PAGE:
Scientists have discovered that unhappiness may shorten one’s lifespan more than smoking.
Data from 12,000 Chinese adults revealed that having a poor mental state, as a result of feeling lonely, hopeless, and having restless sleep, can cut the average lifespan by more than a year and a half.
Scientists say their research, which was published on Tuesday September 27, in the journal Ageing, shows that mental health is just as important as physical health.
The US-China team made the discovery while investigating a new AI “ageing clock” trained on biological sex, blood markers, biometric data and biological age of the participants of a major population study.
The clock worked backwards to estimate the specific contributions of different variables to ageing.
Lead author Dr Fedor Galkin said: “Ageing acceleration was detected in people with a history of stroke, liver and lung diseases, smokers, and most interestingly, people in a vulnerable mental state.
“In fact, feeling hopeless, unhappy, and lonely was shown to increase one’s biological age more than smoking.”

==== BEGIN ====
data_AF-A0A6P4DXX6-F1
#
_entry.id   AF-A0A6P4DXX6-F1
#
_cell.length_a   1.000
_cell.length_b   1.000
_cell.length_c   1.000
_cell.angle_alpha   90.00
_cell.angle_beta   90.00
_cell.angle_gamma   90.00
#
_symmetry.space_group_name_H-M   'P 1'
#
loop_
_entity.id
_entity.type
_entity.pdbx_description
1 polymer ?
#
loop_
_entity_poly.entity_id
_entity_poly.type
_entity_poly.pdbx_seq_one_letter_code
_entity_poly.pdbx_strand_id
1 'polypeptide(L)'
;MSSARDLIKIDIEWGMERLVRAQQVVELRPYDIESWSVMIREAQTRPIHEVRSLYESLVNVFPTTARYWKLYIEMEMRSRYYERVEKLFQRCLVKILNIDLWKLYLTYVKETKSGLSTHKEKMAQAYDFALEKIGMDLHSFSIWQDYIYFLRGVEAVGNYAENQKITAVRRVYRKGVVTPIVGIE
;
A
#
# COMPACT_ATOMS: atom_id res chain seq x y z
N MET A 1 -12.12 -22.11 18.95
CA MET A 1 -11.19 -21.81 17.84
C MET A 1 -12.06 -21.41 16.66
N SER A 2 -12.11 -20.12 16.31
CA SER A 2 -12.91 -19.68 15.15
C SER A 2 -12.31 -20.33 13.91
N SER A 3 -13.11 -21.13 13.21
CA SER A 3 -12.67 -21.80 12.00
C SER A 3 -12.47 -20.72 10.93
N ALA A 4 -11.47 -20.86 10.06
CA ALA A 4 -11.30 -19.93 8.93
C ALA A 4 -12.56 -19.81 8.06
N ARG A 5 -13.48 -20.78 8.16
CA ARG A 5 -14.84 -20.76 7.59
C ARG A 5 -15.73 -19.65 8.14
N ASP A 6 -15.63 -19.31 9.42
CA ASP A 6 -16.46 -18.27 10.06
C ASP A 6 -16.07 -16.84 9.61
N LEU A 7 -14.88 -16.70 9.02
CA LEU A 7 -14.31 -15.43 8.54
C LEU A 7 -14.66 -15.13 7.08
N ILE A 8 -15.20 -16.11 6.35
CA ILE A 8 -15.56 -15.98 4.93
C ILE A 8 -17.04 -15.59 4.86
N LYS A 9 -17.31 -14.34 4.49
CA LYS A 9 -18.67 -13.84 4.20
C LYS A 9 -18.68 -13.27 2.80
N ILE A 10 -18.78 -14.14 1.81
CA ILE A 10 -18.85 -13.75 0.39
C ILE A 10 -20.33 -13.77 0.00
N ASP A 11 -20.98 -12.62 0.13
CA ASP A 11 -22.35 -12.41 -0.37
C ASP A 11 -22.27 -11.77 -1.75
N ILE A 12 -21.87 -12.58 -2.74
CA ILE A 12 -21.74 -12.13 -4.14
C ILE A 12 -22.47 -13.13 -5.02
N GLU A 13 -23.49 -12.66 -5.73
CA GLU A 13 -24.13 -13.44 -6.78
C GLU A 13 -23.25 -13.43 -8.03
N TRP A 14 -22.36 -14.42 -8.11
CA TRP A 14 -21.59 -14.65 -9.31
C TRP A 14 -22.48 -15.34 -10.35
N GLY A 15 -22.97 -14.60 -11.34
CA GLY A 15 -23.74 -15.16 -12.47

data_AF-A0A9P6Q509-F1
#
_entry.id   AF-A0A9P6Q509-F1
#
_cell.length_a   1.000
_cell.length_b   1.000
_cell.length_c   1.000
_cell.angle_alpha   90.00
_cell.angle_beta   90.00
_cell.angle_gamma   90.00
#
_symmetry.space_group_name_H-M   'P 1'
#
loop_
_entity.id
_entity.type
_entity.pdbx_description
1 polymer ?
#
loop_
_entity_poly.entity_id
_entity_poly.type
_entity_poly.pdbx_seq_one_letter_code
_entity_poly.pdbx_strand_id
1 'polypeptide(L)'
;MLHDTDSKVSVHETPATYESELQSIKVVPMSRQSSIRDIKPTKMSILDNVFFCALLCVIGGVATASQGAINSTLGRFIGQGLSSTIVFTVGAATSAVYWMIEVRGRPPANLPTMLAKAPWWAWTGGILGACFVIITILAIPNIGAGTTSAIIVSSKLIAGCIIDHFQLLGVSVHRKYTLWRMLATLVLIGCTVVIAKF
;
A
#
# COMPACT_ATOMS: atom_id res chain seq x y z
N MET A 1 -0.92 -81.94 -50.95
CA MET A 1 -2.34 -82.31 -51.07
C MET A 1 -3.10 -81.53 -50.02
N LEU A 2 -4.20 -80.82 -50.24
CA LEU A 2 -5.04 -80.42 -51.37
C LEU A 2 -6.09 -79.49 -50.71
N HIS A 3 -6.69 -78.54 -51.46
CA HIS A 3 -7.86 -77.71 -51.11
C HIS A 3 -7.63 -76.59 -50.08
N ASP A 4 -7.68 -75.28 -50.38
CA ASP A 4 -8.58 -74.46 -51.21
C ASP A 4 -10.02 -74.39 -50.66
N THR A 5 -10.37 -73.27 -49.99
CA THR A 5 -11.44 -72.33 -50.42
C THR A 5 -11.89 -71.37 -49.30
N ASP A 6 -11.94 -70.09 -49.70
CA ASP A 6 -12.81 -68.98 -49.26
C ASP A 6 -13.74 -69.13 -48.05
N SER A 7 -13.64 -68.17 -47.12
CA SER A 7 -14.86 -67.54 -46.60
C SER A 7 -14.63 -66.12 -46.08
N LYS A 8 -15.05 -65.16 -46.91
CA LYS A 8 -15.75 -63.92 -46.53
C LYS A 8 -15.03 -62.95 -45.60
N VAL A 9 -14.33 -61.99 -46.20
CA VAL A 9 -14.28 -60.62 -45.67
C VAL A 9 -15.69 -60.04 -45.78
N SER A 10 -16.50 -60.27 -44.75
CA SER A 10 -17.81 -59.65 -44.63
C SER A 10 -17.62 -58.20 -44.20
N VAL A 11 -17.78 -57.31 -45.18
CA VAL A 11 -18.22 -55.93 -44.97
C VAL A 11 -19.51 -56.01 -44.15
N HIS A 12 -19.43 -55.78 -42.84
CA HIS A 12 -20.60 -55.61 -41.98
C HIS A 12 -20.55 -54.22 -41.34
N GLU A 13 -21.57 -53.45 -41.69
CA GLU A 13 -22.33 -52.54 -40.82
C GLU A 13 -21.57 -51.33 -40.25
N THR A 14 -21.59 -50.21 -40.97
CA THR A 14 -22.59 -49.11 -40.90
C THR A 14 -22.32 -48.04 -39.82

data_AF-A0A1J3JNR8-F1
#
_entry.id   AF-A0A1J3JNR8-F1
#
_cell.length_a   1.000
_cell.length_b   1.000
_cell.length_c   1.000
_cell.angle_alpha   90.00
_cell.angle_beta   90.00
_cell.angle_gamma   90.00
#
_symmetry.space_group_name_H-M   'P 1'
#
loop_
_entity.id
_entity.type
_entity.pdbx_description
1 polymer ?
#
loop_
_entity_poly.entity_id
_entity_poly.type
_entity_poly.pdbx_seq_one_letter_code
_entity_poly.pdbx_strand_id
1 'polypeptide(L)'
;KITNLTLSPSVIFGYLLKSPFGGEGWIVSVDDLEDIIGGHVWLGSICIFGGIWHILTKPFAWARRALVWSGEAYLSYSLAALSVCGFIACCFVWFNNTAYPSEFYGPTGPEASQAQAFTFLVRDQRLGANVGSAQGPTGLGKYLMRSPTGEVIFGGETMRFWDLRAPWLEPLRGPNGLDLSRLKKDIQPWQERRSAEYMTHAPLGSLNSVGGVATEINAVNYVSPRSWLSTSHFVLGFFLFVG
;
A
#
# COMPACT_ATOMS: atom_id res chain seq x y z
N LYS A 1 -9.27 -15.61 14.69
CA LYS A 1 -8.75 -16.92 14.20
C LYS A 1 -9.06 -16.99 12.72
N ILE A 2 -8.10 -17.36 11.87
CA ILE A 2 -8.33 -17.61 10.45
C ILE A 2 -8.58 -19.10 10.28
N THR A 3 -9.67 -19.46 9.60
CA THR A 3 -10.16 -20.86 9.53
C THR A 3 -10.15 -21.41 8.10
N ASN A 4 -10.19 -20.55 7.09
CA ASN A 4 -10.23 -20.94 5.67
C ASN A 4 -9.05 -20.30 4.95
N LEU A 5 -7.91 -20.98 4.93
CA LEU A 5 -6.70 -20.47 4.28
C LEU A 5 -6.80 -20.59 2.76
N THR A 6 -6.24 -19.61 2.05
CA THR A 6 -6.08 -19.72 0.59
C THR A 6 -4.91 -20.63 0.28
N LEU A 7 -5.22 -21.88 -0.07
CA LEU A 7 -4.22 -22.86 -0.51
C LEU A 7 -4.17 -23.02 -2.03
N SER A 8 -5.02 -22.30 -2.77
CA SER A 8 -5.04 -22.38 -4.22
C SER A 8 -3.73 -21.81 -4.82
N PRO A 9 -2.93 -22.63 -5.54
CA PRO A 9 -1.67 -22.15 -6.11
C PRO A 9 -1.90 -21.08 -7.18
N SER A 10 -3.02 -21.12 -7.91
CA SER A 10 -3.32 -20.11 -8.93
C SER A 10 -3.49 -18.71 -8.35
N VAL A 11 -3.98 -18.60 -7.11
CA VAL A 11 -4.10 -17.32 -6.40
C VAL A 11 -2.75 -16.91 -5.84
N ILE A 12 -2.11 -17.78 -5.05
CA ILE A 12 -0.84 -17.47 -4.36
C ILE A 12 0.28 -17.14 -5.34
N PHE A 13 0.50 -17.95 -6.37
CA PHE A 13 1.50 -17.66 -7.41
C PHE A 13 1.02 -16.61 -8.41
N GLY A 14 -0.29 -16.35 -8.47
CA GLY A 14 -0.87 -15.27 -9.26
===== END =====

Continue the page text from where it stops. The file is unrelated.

While smoking cut lifespans by an estimated 1.25 years, unhappiness and other psychological factors cut lifespans by 1.65 years, or one year and eight months.
The team linked other psychosocial variables, like being single or living in a rural area, to shorter lifespans. But their effect was much smaller.
Although the research itself is relatively new, it chimes with previous work that linked strong relationships with friends and family to longevity.
Co-author Manuel Faria, a neuroscientist at Stanford University, California, said: “Mental and psychosocial states are some of the most robust predictors of health outcomes — and quality of life — yet they have largely been omitted from modern healthcare.”
Dr Galkin added: “The psychological component should not be ignored in aging studies due to its significant impact on biological age.”